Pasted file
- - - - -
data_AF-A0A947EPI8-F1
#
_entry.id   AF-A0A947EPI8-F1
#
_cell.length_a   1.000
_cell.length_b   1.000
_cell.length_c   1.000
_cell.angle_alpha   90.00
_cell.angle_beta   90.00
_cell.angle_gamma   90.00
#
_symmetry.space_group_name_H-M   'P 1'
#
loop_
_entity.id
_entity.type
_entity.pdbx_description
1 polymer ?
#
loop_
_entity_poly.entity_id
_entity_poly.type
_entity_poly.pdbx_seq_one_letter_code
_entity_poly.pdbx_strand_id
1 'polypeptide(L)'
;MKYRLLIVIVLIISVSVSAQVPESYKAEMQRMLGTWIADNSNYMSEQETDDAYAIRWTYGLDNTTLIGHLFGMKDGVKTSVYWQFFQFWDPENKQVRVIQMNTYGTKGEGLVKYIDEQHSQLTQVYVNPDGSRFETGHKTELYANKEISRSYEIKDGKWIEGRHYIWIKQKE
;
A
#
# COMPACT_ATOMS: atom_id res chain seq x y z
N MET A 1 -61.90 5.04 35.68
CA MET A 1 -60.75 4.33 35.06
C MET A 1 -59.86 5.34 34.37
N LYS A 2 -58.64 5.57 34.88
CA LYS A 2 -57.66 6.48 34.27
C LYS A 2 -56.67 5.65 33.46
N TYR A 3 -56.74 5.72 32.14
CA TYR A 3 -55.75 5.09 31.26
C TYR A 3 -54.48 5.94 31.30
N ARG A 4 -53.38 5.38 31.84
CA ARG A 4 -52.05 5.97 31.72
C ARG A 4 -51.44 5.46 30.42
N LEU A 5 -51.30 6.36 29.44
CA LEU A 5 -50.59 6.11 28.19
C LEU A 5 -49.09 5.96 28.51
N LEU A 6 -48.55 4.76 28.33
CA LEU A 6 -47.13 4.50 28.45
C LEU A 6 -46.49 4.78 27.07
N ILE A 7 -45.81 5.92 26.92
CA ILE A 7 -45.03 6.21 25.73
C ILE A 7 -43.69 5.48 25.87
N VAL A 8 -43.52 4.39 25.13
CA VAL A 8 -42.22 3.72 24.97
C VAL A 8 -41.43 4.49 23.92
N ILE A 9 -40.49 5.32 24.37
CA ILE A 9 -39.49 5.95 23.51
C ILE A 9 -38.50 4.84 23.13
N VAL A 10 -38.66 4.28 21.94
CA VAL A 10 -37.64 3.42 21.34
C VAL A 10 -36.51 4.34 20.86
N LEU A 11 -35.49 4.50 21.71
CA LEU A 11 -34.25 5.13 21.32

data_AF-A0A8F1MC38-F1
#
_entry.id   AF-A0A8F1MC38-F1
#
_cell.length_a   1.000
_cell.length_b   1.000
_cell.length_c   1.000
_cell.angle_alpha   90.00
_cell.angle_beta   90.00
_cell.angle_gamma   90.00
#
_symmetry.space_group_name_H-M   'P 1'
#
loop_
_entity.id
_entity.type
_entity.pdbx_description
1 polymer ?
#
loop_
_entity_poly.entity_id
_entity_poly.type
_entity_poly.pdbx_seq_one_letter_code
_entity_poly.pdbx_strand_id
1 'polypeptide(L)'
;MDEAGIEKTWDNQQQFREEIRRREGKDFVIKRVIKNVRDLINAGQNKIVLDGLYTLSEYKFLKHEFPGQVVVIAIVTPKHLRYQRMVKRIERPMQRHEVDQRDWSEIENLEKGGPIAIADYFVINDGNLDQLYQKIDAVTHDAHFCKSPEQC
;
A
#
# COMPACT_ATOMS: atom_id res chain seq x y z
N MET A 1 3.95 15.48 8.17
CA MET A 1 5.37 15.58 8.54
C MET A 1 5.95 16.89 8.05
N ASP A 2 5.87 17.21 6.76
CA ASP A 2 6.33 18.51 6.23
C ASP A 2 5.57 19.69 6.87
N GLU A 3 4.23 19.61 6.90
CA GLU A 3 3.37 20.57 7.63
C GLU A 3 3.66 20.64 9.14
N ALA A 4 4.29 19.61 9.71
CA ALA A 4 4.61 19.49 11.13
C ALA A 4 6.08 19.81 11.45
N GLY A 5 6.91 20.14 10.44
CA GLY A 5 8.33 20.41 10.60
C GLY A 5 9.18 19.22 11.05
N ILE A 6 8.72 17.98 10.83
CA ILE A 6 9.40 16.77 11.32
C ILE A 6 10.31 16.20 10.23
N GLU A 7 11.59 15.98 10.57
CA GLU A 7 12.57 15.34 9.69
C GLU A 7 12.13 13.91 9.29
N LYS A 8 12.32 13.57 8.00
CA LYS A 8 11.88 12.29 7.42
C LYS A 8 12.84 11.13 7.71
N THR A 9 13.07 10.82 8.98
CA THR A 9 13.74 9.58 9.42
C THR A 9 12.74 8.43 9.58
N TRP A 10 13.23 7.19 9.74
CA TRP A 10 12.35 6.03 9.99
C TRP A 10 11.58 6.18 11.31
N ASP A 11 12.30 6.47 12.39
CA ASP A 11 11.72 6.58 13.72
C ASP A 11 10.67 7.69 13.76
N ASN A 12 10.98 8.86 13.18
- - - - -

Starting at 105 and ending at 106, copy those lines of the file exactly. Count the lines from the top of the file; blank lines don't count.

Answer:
N GLY A 5 6.91 20.14 10.44
CA GLY A 5 8.33 20.41 10.60